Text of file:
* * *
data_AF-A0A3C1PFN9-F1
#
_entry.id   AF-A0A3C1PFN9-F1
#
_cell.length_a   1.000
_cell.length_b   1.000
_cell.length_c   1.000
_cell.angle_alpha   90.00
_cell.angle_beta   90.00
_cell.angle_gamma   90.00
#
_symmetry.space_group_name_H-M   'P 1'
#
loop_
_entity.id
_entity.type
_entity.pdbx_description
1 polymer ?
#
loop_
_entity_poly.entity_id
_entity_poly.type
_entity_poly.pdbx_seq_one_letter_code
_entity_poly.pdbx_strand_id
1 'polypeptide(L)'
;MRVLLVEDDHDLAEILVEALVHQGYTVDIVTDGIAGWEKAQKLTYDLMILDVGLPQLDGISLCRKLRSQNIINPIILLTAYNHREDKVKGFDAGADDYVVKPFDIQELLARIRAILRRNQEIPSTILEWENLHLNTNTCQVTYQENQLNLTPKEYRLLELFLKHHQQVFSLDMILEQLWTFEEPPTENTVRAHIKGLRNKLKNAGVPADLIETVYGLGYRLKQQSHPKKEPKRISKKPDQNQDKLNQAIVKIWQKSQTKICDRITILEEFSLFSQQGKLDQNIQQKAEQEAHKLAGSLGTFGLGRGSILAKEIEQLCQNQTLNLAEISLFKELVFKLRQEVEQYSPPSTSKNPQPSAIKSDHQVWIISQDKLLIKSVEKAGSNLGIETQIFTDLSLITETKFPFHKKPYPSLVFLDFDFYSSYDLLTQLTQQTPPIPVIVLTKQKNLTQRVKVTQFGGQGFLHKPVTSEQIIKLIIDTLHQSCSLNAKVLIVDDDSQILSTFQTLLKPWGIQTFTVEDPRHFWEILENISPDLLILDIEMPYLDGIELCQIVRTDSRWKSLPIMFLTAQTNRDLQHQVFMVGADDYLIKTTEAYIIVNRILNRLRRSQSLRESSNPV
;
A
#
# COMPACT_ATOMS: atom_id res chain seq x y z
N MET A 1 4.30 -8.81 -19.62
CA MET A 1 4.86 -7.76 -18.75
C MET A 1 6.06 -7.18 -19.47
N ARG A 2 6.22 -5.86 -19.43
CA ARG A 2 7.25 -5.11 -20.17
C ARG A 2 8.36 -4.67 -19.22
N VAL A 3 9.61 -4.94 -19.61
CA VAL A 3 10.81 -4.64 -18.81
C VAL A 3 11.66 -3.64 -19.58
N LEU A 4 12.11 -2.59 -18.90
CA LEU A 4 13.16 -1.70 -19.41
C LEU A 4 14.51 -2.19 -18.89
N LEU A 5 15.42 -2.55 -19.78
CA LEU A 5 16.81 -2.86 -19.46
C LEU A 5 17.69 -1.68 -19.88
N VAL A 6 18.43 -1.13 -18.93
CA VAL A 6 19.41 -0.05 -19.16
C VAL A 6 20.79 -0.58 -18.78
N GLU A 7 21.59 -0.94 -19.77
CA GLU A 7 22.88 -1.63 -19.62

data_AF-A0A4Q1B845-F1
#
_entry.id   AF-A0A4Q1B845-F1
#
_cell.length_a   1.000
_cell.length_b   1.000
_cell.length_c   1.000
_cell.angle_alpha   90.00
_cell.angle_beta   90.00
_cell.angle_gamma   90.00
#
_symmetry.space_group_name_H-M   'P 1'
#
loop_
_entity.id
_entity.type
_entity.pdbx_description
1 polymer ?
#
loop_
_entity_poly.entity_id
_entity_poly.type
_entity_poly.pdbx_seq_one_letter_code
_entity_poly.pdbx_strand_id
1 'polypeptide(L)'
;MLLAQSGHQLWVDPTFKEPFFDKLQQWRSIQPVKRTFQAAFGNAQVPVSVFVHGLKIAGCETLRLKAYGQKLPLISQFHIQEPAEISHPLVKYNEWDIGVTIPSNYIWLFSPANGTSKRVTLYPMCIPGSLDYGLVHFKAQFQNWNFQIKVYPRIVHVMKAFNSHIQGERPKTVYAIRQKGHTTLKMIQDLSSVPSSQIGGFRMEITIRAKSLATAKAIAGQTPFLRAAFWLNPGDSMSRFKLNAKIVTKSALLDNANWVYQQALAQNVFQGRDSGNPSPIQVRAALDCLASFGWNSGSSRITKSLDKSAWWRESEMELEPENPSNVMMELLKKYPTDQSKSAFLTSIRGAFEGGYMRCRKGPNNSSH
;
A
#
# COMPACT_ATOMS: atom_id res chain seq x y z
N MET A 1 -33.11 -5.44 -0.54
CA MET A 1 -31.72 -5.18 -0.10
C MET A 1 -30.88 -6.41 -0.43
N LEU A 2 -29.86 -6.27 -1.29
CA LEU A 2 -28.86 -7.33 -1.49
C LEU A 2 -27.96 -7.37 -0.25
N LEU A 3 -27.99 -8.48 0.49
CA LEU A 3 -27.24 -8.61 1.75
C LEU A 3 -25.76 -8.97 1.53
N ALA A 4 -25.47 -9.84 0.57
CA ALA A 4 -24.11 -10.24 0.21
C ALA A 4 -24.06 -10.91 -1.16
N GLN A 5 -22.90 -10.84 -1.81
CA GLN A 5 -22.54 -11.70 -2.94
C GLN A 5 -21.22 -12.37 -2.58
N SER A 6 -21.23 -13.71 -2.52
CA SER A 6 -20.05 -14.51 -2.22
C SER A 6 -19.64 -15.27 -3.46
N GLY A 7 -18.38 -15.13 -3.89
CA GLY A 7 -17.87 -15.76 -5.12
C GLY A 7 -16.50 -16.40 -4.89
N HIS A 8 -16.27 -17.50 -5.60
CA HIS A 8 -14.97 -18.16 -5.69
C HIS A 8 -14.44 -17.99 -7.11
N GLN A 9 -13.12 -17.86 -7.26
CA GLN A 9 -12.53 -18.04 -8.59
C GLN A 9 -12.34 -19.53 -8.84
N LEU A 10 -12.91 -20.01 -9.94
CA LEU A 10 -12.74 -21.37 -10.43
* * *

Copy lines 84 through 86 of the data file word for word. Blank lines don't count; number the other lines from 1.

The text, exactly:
N LEU A 2 -29.86 -6.27 -1.29
CA LEU A 2 -28.86 -7.33 -1.49
C LEU A 2 -27.96 -7.37 -0.25